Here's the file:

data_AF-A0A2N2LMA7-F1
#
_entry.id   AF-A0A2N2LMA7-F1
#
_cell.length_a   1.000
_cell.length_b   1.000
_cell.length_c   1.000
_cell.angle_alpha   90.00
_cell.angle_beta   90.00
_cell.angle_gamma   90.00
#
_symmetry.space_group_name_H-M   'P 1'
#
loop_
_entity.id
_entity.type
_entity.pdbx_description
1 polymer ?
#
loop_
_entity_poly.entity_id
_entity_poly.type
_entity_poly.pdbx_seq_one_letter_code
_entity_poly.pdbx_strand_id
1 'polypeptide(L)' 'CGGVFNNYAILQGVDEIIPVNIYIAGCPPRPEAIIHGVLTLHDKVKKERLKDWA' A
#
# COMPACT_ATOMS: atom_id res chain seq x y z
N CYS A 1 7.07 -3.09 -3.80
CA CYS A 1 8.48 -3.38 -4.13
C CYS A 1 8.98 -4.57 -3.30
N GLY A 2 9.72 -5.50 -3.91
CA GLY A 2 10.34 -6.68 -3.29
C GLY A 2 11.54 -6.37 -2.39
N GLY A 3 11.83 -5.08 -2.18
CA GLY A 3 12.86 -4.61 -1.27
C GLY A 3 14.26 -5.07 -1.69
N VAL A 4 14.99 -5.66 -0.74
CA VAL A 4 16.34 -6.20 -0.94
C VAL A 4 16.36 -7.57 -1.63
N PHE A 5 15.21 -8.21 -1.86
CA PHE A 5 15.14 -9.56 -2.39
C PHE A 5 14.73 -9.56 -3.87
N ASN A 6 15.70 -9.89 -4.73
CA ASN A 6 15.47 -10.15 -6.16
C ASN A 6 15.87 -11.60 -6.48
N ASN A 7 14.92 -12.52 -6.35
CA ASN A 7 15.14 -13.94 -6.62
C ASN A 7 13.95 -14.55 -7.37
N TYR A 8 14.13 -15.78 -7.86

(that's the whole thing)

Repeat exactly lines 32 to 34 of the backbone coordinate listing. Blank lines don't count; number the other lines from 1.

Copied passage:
CA GLY A 2 10.34 -6.68 -3.29
C GLY A 2 11.54 -6.37 -2.39
N GLY A 3 11.83 -5.08 -2.18